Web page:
Musicians who are also authors tend to be relatively common -it's those Muse juices, you know. Mary Higgins Clark would title her books with the names of well-known popular songs. Popster parrotter Jimmy Buffett and even Madonna have penned. Barbara Reed, however, does it all: she's an outstanding vocalist/pianist/composer/lyricistand a celebrated author whose work on all embraces song.
The LA-based Reed has been a fixture on the So Cal music scene for years. She's a solid, musically-grounded artist who can deftly shape-shift across genresand she does just that superbly here. Reed's On Stage
offers a baker's dozen tracks, a varied bunch of material incorporating Reed originals, a GASser and a few pop classicsall recorded either in studio or live.
The album kicks off with a hip Reed original, "The Tear Returns to Me," an Al Jarreau
-like groover that sets the upbeat tone for the date. Reed digs swingingly into the GAS with "The Way You Look Tonight" (with a tasty Sam Riney sax solo) and also into pop dusties -a straight-up version of Teddy Edwards,' "It's All in the Game" and Bobby Darin's signature hit, "Beyond the Sea." All are delivered impeccably and with respect for melody and line. Vocally, Reed's bright soprano voice is inviting and her technical chops there and on the keys are gymnast-like. Her dynamic control and phrasing are Aces.
There's a lovely intimacy in her interpretation of a line. Her genre versatility is on also display with her original "Right Here All the Time" and the Trisha Yearwood 90s' cross-over award-winner, "The Song Remembers When." Her take on Benny Goodman/Peggy Lee and Roger Rabbit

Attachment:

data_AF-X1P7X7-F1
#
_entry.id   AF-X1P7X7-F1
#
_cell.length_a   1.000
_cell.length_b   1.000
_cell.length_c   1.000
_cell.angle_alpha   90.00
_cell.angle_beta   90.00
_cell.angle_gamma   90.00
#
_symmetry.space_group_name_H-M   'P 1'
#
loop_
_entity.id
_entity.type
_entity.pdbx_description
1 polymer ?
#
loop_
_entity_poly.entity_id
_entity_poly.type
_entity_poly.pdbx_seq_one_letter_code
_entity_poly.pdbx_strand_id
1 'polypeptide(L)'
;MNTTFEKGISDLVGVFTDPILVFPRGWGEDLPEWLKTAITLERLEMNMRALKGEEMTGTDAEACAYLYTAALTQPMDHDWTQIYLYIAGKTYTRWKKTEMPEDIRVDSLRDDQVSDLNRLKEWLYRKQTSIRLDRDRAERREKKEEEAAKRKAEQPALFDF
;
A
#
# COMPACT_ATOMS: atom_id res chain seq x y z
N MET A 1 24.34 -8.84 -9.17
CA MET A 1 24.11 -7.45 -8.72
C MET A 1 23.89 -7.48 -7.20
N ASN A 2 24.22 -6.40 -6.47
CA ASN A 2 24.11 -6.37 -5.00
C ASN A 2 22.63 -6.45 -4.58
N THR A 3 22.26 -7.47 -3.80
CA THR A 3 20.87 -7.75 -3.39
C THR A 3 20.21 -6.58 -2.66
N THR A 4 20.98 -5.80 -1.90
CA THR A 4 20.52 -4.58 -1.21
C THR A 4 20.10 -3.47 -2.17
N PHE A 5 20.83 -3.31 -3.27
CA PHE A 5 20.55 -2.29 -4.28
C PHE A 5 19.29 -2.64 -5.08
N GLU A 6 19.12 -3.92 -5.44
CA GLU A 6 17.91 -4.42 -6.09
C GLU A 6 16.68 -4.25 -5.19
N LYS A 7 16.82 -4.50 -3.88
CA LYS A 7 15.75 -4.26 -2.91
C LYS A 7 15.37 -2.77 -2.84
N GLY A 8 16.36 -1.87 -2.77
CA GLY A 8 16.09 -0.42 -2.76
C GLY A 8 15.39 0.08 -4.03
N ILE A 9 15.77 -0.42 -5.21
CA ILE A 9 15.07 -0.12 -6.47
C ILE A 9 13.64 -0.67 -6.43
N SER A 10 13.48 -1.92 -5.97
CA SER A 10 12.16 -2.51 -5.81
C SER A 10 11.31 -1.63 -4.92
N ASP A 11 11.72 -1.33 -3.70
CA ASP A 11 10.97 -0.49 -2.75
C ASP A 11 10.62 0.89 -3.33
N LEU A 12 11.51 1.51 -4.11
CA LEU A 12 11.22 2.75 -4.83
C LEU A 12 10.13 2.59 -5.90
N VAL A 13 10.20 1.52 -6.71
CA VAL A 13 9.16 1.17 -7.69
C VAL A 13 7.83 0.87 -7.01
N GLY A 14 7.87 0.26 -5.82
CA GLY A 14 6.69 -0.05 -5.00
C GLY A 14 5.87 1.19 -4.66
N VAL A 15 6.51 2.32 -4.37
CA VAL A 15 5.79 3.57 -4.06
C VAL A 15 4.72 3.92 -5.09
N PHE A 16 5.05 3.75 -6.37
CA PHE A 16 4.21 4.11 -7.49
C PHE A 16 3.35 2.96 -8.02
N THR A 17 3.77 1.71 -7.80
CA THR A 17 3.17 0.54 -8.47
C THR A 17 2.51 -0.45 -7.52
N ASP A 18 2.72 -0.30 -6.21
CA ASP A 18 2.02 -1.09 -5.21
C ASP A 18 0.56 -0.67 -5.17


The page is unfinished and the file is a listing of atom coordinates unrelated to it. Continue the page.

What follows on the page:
's well-known "Why Don't You Do Right" is, to Reed's credit, fun and not goofily camped up.
As a composer, Reed has got to be L.A.'s biggest secret. Her writing and lyricist abilityremember, she's also a celebrated novelistare versatile and her word choice is always right on. The "Child in You" and "It's a Kid's World" have that special ear-and heart-grab texture that you'd swear that they were in a flick from the Mouse House. The darker "She Saw You Comin'" lets Reed soul it up blue. The closer "But It's His Eyes" is a "killer," sending us off poetically into the Hollywood noir.
The groups behind Reed are L.A.-1 with terrific taste and support. They each frame Reed superbly offering tasteful back-up without stepping on musical toes.
While there are obviously no intentions to break envelopes or redefine things with On Stage
, it's a most entertaining near-hour of great music and word delivered by a very talented artistone certainly worthy of much wider recognition. On Stage
is in deed the word.
Personnel: Barbara Reed: vocals, piano, keyboards; Llew Matthews: piano, keyboards; bass: Max Bennett, Tom Gargano, Mark Tavarez, Eddie Young; drums: Randy White, Jeff Fish.